Reply
  4. Deanna

    In the above recipe I do not see the spices added to the dough, yet they clearly are there, nor are they listed? However, they are in the recipe link so hopefully everyone clicks on that instead or this will be a blender version of the original.

    Reply
    1. The Baker's Hotline

      Deanna, in our blog posts we provide a link to the recipe page right under the title photo, highlighted in orange. We do expect that our readers will view the recipe for complete ingredients and instructions, but it’s always good to remind everyone that the recipe is the place to go for step by step instructions and ingredient amounts. Thanks for the reminder! Barb@KAF

  5. Cookie

    I’ve read different articles about semolina being gluten free. Do you think I can make this with KA’s gf flour and be gf?

    Reply
    1. The Baker's Hotline

      Cookie, Semolina is a coarsely ground flour that comes from durum wheat and is not gluten-free. While I wouldn’t recommend trying to make this recipe with gluten-free flour, we do have lots of gluten-free bread recipes you might like to try. Barb@KAF

  6. Cynthia Chavers

    Could I use my sourdough starter for this? If so, how would I substitute? I’d like to make this over the weekend!

    Reply
    1. The Baker's Hotline

      Use 1 cup discard sourdough starter to replace 1 cup flour and 1/2 cup water in this or any yeasted recipe. You’ll still want to use the yeast! Happy Baking! Irene@KAF

  7. Cathy

    we love your store and yes we call it bread mecca now I think I need to make a trip very very soon.
    Cathy

    Reply
  8. sandy

    I have made this bread twice in the past week. The first time we ate it with a pasta dinner (I wrote a review under the recipe section because we enjoyed it so much). The second time I made it (goes together so fast) I made the loaf a little thinner, went really light on the herbs, and baked it. After it cooled, I split the loaf and made a big round ham and cheese panini with it. It was really good and looked nice too. I cut it into wedges to serve toasty hot. The bread had great substance and worked well in the press.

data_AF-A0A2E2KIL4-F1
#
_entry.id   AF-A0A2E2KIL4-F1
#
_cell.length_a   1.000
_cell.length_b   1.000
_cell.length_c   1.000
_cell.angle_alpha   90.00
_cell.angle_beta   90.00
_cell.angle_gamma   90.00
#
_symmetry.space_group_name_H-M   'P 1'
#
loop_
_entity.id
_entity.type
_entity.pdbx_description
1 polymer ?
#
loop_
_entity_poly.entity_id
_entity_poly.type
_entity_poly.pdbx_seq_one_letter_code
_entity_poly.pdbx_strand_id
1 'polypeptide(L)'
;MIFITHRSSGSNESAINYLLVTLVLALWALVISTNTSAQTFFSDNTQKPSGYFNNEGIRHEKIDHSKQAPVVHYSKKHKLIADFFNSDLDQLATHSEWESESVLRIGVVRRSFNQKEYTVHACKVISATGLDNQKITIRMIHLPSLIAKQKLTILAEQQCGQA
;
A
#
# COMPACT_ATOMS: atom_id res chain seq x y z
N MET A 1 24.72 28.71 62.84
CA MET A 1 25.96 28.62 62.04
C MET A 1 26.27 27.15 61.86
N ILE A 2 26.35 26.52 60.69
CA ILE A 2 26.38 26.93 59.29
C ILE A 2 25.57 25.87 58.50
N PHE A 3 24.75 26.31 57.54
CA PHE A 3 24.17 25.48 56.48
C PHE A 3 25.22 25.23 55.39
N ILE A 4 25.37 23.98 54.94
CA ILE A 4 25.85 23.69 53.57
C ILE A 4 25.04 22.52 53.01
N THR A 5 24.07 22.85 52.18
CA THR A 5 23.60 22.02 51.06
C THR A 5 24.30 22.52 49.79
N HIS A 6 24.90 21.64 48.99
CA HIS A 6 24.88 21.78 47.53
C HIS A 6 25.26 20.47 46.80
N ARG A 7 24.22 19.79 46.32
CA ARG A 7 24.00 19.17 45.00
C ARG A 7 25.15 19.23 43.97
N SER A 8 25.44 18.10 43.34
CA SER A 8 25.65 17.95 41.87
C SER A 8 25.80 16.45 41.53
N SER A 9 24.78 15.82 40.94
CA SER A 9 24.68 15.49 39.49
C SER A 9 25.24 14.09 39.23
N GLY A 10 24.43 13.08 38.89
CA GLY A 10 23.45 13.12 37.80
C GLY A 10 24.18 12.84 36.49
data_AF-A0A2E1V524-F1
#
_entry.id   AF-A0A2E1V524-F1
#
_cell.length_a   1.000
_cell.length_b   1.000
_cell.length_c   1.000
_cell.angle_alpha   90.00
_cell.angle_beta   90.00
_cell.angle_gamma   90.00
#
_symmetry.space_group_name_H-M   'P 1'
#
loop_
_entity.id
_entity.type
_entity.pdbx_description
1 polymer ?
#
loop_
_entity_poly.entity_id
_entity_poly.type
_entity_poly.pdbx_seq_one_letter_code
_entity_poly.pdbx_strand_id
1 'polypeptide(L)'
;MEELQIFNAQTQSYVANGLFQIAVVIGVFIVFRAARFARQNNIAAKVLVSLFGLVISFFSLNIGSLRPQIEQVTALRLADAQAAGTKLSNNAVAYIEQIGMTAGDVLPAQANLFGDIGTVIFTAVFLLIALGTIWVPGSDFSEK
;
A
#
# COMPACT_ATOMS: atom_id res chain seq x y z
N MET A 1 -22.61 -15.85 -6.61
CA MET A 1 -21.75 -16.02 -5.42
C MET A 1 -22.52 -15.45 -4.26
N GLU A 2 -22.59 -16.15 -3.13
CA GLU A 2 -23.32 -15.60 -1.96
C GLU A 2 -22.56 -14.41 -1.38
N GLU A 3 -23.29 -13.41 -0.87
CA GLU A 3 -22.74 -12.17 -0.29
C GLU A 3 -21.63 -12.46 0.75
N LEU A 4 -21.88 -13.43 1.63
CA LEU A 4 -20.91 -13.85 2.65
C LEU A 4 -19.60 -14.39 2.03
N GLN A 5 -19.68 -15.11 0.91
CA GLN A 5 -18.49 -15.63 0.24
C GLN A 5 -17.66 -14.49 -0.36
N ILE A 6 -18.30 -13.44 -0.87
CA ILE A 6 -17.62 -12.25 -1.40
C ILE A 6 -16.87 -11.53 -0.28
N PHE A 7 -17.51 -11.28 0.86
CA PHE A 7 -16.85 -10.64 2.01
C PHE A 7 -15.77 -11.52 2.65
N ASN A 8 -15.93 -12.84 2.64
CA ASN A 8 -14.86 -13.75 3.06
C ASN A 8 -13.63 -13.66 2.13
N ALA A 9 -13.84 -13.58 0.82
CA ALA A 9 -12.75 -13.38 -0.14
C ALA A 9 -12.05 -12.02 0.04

Reply
    1. The Baker's Hotline

      It would be interesting to do an experiment in your test kitchen. Bake one focaccia and freeze it once it’s completely cooled. Freeze the other focaccia after shaping in the pan, but before the rise. The night before your taste test, thaw the unbaked focaccia in the refrigerator and bake the next day. Thaw the baked focaccia as well and have friends over for a taste test of the two to see which one survives your testing! You’ll be able to have a party for the taste testers and then know which method to follow for the future. Happy Baking! Irene@KAF

  9. Paige Varney

    I honestly just want to move close to this store so I can make it a regular on my weekly shopping and cafe hanging out list. Can’t wait to try Gael’s focaccia recipe!

    Reply
  10. Kay

    KAF’s Blitz Focaccia recipe is a standard in my house! I make it on Sunday and use it for breakfast, lunch, and dinner during the week. Easy to make and tastes so good.

    Reply
  11. Candace Wishon

    When this is cool, could you cut it in cubes, dry in oven and use for croutons or stuffing? Haven’t made it yet, was wondering.

    Reply
    1. The Baker's Hotline

      Yes! Gael’s Focaccia Croutons sound wonderful to have on hand for summer salads. Happy Baking! Irene@KAF

  12. John

    Does Chris Kimball stop by King Arthur from time to time? Just curious, as his outfit is in Vermont also. Are you guys & Chris Kimball rivals?

    Reply
    1. The Baker's Hotline

      We like to think of ourselves more as partners in crime, John. Chris Kimball lives on the other side of the state, but we have worked with our friends at America’s Test Kitchen in the past, and we continue to work with some of their staff, like Andrew Janjigian, who teaches at our Baking School. Mollie@KAF